Evidence for a role of the cellular ND10 protein PML in mediating intrinsic immunity against human cytomegalovirus infections.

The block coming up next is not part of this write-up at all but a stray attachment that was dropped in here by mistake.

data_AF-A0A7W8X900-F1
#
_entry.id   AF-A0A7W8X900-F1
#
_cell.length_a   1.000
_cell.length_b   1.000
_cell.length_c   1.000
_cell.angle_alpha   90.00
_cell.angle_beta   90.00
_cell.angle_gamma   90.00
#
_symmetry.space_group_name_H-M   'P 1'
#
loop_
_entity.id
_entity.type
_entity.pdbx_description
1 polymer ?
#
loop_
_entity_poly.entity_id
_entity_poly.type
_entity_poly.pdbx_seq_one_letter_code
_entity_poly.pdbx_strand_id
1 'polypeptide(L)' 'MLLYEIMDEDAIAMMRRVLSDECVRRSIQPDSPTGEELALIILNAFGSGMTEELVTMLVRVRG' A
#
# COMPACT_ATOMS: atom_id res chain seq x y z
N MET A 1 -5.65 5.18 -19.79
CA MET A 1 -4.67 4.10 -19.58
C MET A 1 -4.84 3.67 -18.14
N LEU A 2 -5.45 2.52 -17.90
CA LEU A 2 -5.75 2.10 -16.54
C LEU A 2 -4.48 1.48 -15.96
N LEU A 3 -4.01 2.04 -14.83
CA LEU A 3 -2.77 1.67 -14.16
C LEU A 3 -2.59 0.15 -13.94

Several viruses, including human cytomegalovirus (HCMV), encode proteins that colocalize with a cellular subnuclear structure known as ND10. Since only viral DNA deposited at ND10 initiates transcription, ND10 structures were hypothesized to be essential for viral replication. On the other hand, interferon treatment induces an up-regulation of ND10 structures and viruses have evolved polypeptides that disperse the dot-like accumulation of ND10 proteins, suggesting that ND10 could also be part of an intrinsic defense mechanism. In order to obtain evidence for either a proviral or an antiviral function of ND10, we generated primary human fibroblasts with a stable, short interfering RNA-mediated knockdown (kd) of PML. In these cells, other ND10-associated proteins like hDaxx showed a diffuse nuclear distribution. Interestingly, we observed that HCMV infection induced the de novo formation of ND10-like hDaxx and Sp100 accumulations that colocalized with IE2 and were disrupted, in the apparent absence of PML, in an IE1-dependent manner during the first hours after infection. Furthermore, infection of PML-kd cells with wild-type HCMV at a low multiplicity of infection resulted in enhanced replication. In particular, a significantly increased plaque formation was detected, suggesting that more cells are able to support initiation of replication in the absence of PML. While there was no difference in viral DNA uptake between PML-kd and control cells, we observed a considerable increase in the number of immediate-early (IE) protein-positive cells, indicating that the depletion of PML augments the initiation of viral IE gene expression. These results strongly suggest that PML functions as part of an intrinsic immune mechanism against cytomegalovirus infections.